As you might know, the memory in current computers
consists of a sequence of bits and each of these bits can be in
two possible states. Megan’s company has now developed a great
new memory unit where every bit has three possible states. This
would all be great, if it wasn’t for Megan’s boss. The boss
wants her to write a program for this memory unit for integer
operations, but instead of using ternary base (i.e., base 3),
Megan’s boss decided that the bits should be interpreted as a
binary number, with the exception that the digit 2 is allowed
as well.
For example, $201$ in
this strange representation is $2\cdot 2^2+0\cdot 2^1+ 1\cdot 2^0=9$.
Some numbers are shorter in this representation, but for other
numbers it doesn’t help at all – for instance, $15$ is $1111$ in binary and this is the only
way of writing it in the new representation as well.
It seems that there is nothing else that Megan can do to
convince her boss. Since she likes math, she started wondering
about different representations of the same number. For example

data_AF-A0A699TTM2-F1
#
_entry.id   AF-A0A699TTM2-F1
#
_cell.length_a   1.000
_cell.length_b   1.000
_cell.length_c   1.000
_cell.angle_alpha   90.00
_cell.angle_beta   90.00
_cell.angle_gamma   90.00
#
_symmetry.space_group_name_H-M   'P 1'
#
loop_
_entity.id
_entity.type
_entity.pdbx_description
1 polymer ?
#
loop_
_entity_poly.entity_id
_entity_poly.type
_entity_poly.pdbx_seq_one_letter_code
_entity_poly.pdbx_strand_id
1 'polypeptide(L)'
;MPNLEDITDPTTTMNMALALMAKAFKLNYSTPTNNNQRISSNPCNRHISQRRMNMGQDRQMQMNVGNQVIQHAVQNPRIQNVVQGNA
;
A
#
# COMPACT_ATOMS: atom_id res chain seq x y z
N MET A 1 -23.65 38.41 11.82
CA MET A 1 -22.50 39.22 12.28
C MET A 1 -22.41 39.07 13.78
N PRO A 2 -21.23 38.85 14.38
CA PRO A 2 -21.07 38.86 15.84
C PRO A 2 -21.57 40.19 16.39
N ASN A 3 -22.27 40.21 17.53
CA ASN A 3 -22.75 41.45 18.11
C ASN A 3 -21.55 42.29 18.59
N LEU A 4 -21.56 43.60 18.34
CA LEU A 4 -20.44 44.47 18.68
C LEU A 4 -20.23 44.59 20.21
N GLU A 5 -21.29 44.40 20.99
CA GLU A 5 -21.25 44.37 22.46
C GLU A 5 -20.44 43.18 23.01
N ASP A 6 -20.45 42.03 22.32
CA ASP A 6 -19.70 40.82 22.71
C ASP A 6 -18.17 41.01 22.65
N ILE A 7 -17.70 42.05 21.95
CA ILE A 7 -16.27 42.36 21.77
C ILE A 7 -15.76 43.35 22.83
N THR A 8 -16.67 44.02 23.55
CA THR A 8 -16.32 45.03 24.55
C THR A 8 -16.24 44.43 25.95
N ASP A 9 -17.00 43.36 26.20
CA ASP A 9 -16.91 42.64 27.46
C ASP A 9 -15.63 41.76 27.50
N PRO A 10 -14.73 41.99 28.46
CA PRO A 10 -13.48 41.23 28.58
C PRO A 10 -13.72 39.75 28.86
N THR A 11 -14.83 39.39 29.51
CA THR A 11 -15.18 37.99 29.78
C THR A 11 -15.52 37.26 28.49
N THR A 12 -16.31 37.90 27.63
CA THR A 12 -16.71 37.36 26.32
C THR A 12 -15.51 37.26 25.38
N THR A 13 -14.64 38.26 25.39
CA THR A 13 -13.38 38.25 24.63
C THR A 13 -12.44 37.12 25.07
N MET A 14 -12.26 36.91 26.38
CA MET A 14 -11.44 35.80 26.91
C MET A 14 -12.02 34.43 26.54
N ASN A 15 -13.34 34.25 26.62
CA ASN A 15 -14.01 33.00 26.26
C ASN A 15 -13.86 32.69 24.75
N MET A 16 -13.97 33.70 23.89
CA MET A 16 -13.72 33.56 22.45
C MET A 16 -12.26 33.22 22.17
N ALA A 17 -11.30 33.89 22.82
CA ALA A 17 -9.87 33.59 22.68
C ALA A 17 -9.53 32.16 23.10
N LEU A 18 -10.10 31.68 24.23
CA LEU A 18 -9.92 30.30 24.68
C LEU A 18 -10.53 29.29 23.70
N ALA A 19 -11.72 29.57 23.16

9 has three representations: $201, 121$ and $1001$. Can you help her figure out
how many representations a given number has?
Input
The first and only line of the input contains a string
consisting of ’0’ and ’1’. The string represents a nonnegative integer
$N$ in binary. The
leftmost bit is the most significant one. The number of bits
will be at least $1$ and
at most $10\, 000$.
Output
Output a line giving the number of different binary
representations of $N$
that also use $2$ as a
digit. Since this number might be big, output the remainder
modulo $1\, 000\, 000\,
009$.
Sample Input 1 
Sample Output 1 
1001

3

Sample Input 2 
Sample Output 2 
1111

1

Sample Input 3 
Sample Output 3 
00000

1